Rodney Robinson, the 2019 National Teacher of the Year, will visit Longwood University next month to meet with students and faculty and discuss his whole-child approach to education, as well as his efforts to improve equity in educational opportunities.
Robinson will be the special guest at an evening discussion on Monday, Feb. 24, at 7:30 p.m., that is free and open to the public. The event will be held in Blackwell Ballroom in the Maugans Alumni Center on Longwood’s campus. While in Farmville, Robinson will also meet with area teachers and students attending Prince Edward County Schools.
[The award] means my students have an advocate who is going to tell their stories and fight for the resources they need to be successful. I didn’t get into [teaching] for this. I just got into it to help students and fight for them.Rodney Robinson, the 2019 National Teacher of the Year Tweet This
Robinson has taught in several middle and high schools in Richmond over his 19-year career. Since 2015, he has taught social studies at Virgie Binford Education Center, a school inside the Richmond Juvenile Detention Center. Robinson’s work at Virgie Binford has given him the opportunity to learn more about the school-to-prison pipeline as well as to work toward his goal of expanding his students’ horizons. He describes his teaching as a whole-child approach that helps his students gain both the academic and socio-emotional skills that will allow them to move beyond past mistakes and pursue their dreams for a better future.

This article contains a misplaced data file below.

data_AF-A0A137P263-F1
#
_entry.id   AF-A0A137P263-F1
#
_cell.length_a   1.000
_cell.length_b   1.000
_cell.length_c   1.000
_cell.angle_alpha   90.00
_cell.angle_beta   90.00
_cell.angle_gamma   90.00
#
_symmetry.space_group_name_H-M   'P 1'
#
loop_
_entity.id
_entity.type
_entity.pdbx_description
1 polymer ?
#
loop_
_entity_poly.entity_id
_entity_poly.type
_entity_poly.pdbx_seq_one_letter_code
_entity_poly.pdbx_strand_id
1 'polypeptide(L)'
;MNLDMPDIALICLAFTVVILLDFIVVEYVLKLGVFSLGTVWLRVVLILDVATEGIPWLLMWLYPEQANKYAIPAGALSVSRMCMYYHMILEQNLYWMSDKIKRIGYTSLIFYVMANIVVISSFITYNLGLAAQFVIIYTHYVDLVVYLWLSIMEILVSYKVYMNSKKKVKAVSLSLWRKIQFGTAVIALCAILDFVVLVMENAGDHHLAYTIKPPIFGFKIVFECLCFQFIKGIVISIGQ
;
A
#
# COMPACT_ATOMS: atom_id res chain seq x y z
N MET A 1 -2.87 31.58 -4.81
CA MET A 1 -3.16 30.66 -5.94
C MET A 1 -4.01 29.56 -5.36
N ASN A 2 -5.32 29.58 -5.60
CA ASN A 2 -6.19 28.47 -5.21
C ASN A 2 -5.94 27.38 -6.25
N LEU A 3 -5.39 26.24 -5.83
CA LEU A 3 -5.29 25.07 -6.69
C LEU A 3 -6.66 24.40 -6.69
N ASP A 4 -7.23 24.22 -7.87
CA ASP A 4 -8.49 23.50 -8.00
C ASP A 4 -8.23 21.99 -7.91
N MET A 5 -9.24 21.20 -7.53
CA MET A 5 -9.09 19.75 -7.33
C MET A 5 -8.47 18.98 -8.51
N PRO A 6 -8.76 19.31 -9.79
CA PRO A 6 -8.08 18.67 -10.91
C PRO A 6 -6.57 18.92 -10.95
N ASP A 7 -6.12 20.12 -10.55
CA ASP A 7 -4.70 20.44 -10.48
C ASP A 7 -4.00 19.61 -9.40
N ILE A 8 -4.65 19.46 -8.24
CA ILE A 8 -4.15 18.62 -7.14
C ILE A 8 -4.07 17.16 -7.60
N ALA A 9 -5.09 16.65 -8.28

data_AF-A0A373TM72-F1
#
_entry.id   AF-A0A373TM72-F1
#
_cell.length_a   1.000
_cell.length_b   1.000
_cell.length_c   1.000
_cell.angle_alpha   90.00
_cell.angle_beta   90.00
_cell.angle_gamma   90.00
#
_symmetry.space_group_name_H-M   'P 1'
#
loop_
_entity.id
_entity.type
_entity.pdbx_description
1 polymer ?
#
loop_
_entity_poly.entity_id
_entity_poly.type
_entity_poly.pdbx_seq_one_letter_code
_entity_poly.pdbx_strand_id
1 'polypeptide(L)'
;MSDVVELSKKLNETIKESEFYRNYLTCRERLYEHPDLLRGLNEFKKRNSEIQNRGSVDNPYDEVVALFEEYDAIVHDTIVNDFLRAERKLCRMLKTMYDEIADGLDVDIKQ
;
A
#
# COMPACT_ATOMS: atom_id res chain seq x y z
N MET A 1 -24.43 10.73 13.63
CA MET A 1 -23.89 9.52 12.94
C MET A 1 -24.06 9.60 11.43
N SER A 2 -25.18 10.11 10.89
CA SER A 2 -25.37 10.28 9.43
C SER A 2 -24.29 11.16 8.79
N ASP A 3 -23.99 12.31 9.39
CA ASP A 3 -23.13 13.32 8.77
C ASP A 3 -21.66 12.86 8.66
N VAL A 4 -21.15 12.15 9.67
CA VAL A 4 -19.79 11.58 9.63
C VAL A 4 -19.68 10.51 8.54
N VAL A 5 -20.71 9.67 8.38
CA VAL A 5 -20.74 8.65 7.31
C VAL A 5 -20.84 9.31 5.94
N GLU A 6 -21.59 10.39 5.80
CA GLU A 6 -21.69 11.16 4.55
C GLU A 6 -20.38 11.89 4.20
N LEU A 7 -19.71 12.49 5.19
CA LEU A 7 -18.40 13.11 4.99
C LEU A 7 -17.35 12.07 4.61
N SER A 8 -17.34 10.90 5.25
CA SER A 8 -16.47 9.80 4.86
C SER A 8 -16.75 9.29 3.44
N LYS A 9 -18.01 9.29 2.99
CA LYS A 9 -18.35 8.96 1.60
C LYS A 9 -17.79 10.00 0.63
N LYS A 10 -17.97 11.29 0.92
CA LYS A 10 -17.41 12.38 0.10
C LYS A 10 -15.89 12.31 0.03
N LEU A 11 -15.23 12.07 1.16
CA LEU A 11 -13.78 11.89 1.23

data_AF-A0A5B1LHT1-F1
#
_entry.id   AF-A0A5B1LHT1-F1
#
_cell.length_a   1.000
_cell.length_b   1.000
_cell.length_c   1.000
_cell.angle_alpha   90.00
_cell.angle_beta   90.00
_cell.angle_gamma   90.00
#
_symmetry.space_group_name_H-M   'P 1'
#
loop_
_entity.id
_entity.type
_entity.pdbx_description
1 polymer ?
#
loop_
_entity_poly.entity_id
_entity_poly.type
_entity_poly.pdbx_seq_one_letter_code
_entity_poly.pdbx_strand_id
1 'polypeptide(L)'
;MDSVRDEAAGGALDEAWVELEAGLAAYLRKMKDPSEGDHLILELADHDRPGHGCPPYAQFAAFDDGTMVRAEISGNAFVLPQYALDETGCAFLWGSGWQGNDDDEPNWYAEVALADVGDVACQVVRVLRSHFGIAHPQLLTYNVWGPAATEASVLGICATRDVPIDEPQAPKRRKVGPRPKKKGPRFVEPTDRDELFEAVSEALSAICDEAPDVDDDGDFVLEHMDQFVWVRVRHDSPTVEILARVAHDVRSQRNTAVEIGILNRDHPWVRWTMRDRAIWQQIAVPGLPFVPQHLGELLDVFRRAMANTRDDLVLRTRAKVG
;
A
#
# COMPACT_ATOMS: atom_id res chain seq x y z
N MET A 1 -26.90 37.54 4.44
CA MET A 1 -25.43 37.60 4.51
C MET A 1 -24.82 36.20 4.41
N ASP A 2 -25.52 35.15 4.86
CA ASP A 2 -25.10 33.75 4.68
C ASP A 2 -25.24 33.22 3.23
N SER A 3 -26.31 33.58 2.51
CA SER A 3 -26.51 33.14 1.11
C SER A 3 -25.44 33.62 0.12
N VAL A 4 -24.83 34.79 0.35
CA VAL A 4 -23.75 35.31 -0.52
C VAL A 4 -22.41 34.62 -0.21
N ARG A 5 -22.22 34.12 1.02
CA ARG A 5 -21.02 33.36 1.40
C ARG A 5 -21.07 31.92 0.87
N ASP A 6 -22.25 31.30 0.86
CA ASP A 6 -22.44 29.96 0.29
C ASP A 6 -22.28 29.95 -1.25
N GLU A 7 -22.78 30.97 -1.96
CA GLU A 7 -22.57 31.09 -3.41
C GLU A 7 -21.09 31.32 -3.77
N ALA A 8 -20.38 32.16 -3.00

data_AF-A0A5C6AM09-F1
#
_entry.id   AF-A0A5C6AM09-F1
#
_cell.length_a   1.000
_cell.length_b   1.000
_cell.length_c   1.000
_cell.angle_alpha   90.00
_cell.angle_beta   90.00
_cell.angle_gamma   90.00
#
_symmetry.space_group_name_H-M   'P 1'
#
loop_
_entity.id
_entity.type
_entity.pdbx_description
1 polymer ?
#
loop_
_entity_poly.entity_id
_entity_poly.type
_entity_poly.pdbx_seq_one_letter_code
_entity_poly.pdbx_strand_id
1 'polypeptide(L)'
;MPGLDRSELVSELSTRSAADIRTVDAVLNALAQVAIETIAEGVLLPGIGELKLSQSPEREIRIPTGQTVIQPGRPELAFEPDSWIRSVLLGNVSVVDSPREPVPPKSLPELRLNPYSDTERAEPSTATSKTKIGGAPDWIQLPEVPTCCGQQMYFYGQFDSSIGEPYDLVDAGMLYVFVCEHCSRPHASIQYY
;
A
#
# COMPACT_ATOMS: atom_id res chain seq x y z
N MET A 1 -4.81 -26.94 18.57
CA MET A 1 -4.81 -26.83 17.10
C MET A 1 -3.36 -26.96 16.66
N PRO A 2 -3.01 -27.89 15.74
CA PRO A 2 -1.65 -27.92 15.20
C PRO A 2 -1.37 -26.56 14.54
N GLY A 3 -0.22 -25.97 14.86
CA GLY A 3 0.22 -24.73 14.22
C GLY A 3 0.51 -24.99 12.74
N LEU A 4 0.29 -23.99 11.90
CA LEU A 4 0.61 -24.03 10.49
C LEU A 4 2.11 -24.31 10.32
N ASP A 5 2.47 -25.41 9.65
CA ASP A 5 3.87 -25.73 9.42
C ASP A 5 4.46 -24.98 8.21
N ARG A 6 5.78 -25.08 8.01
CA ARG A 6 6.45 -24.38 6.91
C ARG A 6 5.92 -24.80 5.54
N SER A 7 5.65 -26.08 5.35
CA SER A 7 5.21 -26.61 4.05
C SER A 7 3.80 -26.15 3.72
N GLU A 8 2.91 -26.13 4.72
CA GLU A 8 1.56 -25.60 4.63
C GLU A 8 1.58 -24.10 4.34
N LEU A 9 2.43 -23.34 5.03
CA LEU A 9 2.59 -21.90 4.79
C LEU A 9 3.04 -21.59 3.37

“[The award] means my students have an advocate who is going to tell their stories and fight for the resources they need to be successful,” Robinson said after he was named the 2019 National Teacher of the Year last April. “I didn’t get into [teaching] for this. I just got into it to help students and fight for them.”
The National Teacher of the Year is awarded by the Council of Chief State School Officers (CCSSO), which wrote in their award announcement that Robinson creates a positive school culture by empowering his students—many of whom have experienced trauma—to become civically minded social advocates who use their skills and voices to effect physical and policy changes at their schools and in their communities.
Robinson has spent much of the past year travelling nationally and internationally as a representative and advocate of committed teachers and their students. He has also worked with the Yale University National Initiative to design and implement a curriculum focusing on the history of youth incarceration and the juvenile justice system in American society. This passion has expanded into broader advocacy efforts centered on improving equity in educational opportunities. Robinson has said that he hopes to use the platform to “be the voice for my students and all students who feel unseen, unheard, unappreciated and undervalued in America.”
Robinson was inspired to enter the teaching field by his mother, Sylvia, who grew up in rural Virginia at a time when segregation and poverty kept her from realizing her own educational potential. His interest in coming to Longwood stems from the university’s excellence in teacher preparation as well as the work of the university’s Call Me MISTER (Men Instructing Students Toward Effective Role Models) Program. When Robinson speaks to groups now, he emphasizes the importance of students’ having teachers who look like them, who understand their culture and who share aspects of their experiences. He supports efforts to improve the diversity of the teacher pipeline by recruiting more minority men into teaching, a mission he shares with the Call Me MISTER program.
In addition to the public event on Feb. 24, Robinson is scheduled to meet with Longwood students who are pursuing teaching careers, participate in an evening reception with faculty and invited guests and provide an inspirational address to students at Prince Edward County High School. Current and past participants in Longwood’s Call Me MISTER program will also have an opportunity to meet with Robinson and discuss their own educational paths during a lunch meeting at the Moton Museum.
For information on Robinson’s visit, including the public event on Feb. 24, contact the Office of the Associate Dean of the College of Education and Human Services at 434-395-2609.